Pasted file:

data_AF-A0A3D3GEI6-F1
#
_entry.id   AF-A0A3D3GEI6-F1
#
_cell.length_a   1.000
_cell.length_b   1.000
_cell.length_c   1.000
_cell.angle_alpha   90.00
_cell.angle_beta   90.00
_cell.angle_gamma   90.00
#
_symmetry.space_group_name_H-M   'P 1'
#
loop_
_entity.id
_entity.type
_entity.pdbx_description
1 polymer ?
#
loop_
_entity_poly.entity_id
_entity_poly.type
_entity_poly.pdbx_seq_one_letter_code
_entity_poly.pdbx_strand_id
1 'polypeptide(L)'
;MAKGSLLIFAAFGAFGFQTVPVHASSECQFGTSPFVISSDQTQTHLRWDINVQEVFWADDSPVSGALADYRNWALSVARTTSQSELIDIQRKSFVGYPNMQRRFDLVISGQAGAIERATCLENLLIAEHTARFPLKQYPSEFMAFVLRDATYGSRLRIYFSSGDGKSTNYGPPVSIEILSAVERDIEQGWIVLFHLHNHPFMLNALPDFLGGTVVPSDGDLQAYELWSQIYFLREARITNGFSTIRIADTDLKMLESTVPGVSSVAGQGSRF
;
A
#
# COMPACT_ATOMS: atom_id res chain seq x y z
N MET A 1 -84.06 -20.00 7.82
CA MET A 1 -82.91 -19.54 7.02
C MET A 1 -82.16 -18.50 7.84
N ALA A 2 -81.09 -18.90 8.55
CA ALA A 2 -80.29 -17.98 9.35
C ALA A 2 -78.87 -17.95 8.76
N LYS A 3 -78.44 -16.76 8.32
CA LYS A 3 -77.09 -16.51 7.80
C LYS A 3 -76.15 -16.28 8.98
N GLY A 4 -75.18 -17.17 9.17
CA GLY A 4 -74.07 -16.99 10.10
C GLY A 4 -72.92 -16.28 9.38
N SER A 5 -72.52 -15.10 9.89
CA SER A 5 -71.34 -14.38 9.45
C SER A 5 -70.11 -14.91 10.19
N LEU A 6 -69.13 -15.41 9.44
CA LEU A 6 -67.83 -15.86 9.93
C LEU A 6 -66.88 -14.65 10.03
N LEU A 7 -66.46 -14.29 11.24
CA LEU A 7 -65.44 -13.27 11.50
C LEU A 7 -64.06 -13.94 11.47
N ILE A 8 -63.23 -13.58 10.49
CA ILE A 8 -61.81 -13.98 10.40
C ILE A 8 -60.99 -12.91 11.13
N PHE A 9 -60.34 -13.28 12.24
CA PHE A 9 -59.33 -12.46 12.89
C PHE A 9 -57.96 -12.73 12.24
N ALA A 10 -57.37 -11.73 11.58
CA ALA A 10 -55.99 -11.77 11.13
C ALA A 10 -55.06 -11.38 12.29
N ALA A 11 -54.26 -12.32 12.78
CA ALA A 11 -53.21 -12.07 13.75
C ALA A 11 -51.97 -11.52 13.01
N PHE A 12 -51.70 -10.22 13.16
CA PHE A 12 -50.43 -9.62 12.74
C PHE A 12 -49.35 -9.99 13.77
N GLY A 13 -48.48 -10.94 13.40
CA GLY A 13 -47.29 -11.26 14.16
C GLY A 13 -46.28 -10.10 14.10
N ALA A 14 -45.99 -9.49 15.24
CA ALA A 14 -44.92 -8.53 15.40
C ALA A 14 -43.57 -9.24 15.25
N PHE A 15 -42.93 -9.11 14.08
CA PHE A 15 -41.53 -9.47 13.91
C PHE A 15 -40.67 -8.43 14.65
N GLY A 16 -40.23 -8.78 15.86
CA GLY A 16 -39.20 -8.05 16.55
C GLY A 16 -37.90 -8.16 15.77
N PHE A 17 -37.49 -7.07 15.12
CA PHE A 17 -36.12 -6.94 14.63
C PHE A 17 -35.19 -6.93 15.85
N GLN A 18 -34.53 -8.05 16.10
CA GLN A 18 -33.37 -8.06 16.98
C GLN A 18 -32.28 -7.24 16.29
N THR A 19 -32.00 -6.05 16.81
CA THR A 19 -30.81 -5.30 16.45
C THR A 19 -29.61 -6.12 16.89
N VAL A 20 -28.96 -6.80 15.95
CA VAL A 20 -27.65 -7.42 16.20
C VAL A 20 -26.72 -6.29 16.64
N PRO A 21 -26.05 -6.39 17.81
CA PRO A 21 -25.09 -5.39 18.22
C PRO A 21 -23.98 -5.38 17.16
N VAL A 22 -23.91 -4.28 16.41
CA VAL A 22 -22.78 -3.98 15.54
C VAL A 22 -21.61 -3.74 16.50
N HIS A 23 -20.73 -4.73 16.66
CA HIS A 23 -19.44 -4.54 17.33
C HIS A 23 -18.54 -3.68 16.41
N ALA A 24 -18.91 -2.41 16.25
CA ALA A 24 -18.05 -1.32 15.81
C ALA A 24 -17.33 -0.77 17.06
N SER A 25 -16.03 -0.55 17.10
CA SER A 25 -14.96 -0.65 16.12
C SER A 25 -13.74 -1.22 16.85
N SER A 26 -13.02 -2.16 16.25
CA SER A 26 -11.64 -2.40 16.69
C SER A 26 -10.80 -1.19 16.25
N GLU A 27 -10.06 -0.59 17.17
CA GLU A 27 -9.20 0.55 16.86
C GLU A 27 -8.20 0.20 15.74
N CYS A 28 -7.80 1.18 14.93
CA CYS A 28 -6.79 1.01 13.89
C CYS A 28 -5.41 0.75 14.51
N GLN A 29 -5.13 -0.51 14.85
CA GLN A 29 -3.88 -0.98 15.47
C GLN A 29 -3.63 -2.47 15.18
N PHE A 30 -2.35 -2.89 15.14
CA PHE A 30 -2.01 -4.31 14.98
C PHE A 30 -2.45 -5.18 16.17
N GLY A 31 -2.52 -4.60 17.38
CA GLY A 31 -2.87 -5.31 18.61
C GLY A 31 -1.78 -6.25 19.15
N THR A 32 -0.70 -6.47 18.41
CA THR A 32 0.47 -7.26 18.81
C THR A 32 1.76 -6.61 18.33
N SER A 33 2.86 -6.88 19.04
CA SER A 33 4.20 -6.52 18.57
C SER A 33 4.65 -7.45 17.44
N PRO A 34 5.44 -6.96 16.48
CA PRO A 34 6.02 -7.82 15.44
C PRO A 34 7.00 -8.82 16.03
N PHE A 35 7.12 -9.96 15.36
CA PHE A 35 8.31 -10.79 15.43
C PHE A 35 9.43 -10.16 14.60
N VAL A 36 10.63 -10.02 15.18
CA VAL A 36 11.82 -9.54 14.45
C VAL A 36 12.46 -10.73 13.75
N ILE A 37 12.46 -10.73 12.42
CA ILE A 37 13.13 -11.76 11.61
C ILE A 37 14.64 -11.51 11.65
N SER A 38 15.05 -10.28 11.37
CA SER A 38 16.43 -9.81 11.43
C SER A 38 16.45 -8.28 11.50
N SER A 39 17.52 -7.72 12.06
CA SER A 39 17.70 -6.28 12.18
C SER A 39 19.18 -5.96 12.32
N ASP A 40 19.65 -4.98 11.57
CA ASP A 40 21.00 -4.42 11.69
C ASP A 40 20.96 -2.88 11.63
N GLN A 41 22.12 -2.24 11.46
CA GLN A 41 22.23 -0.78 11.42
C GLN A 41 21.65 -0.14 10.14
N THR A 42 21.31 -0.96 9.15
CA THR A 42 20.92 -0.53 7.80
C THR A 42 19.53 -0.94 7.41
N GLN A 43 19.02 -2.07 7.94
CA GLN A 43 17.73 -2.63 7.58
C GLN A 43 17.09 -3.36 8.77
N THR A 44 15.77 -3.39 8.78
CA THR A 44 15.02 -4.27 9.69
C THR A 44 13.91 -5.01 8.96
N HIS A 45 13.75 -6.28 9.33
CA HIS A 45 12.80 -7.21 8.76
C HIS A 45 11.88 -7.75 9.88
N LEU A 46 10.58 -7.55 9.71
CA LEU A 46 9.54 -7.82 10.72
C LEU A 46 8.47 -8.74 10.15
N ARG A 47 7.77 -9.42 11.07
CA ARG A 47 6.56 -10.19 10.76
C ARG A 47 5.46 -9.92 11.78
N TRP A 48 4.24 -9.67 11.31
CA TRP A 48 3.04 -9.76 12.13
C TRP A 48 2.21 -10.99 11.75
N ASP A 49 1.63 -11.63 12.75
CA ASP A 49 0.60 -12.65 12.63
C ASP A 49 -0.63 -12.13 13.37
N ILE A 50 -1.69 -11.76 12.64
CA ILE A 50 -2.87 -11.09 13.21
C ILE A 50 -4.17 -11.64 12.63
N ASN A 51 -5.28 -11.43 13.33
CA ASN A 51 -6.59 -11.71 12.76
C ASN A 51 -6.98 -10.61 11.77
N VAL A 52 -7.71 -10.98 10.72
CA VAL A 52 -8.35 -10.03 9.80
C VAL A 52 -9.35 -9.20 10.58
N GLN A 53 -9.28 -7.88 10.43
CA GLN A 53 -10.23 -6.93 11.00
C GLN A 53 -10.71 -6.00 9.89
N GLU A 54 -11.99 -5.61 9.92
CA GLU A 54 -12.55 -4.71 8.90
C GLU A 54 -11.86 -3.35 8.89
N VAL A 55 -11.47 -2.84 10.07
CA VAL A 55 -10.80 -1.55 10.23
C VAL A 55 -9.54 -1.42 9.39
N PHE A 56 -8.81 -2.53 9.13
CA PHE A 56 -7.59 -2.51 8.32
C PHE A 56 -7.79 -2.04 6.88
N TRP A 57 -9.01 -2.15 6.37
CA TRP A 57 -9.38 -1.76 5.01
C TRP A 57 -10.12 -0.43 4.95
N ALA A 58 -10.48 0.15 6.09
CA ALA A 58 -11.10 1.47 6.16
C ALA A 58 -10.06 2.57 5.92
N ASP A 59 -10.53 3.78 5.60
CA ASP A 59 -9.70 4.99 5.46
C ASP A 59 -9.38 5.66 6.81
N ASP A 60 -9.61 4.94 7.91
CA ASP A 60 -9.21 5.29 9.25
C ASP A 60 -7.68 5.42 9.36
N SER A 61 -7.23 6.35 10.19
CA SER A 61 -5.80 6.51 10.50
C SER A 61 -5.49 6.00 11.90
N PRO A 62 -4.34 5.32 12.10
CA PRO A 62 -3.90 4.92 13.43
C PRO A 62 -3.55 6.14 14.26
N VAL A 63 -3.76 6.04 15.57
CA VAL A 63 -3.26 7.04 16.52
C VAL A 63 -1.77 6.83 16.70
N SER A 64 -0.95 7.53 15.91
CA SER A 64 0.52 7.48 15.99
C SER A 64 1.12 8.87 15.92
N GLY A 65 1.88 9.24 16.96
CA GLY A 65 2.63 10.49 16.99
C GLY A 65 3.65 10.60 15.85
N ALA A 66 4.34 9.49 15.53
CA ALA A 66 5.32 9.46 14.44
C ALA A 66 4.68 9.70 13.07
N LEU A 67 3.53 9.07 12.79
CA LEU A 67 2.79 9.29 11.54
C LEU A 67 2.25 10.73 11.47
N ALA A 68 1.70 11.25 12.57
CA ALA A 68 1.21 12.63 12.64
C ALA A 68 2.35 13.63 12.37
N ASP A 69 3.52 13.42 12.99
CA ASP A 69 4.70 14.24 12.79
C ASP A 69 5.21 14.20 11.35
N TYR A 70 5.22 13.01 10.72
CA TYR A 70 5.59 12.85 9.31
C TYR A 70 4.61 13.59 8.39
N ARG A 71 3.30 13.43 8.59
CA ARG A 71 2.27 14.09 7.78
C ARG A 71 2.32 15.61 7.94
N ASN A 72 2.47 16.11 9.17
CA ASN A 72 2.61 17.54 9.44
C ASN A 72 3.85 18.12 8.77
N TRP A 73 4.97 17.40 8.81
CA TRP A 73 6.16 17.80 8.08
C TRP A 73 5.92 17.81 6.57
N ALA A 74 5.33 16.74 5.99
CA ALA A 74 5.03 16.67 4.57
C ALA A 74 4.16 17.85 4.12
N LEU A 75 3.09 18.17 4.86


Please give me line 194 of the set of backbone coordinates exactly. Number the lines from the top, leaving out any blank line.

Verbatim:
CA VAL A 55 -10.80 -1.55 10.23